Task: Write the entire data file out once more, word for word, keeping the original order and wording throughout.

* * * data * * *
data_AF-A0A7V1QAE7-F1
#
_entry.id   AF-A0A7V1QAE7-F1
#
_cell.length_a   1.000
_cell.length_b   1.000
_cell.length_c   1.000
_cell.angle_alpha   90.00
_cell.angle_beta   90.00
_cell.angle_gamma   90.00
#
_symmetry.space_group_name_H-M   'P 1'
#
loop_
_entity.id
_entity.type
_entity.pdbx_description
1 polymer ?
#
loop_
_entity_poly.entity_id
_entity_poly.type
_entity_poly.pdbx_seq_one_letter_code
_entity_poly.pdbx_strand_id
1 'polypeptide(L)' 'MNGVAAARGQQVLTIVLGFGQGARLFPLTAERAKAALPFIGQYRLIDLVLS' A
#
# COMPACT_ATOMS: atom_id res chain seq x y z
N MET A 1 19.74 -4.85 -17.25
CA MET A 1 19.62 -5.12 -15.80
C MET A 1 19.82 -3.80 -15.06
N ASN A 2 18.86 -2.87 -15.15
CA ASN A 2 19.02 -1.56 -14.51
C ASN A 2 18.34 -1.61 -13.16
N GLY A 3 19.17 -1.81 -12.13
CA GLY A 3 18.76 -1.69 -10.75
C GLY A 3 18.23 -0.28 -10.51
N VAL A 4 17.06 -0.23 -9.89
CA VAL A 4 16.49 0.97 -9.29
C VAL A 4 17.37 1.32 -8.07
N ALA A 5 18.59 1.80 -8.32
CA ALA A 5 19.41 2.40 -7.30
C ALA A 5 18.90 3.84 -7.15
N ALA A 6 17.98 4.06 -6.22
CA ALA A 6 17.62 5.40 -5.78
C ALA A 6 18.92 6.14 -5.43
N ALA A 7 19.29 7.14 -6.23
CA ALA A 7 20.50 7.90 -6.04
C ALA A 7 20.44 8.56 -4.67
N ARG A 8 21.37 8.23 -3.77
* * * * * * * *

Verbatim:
data_AF-A0A7V1QAE7-F1
#
_entry.id   AF-A0A7V1QAE7-F1
#
_cell.length_a   1.000
_cell.length_b   1.000
_cell.length_c   1.000
_cell.angle_alpha   90.00
_cell.angle_beta   90.00
_cell.angle_gamma   90.00
#
_symmetry.space_group_name_H-M   'P 1'
#
loop_
_entity.id
_entity.type
_entity.pdbx_description
1 polymer ?
#
loop_
_entity_poly.entity_id
_entity_poly.type
_entity_poly.pdbx_seq_one_letter_code
_entity_poly.pdbx_strand_id
1 'polypeptide(L)' 'MNGVAAARGQQVLTIVLGFGQGARLFPLTAERAKAALPFIGQYRLIDLVLS' A
#
# COMPACT_ATOMS: atom_id res chain seq x y z
N MET A 1 19.74 -4.85 -17.25
CA MET A 1 19.62 -5.12 -15.80
C MET A 1 19.82 -3.80 -15.06
N ASN A 2 18.86 -2.87 -15.15
CA ASN A 2 19.02 -1.56 -14.51
C ASN A 2 18.34 -1.61 -13.16
N GLY A 3 19.17 -1.81 -12.13
CA GLY A 3 18.76 -1.69 -10.75
C GLY A 3 18.23 -0.28 -10.51
N VAL A 4 17.06 -0.23 -9.89
CA VAL A 4 16.49 0.97 -9.29
C VAL A 4 17.37 1.32 -8.07
N ALA A 5 18.59 1.80 -8.32
CA ALA A 5 19.41 2.40 -7.30
C ALA A 5 18.90 3.84 -7.15
N ALA A 6 17.98 4.06 -6.22
CA ALA A 6 17.62 5.40 -5.78
C ALA A 6 18.92 6.14 -5.43
N ALA A 7 19.29 7.14 -6.23
CA ALA A 7 20.50 7.90 -6.04
C ALA A 7 20.44 8.56 -4.67
N ARG A 8 21.37 8.23 -3.77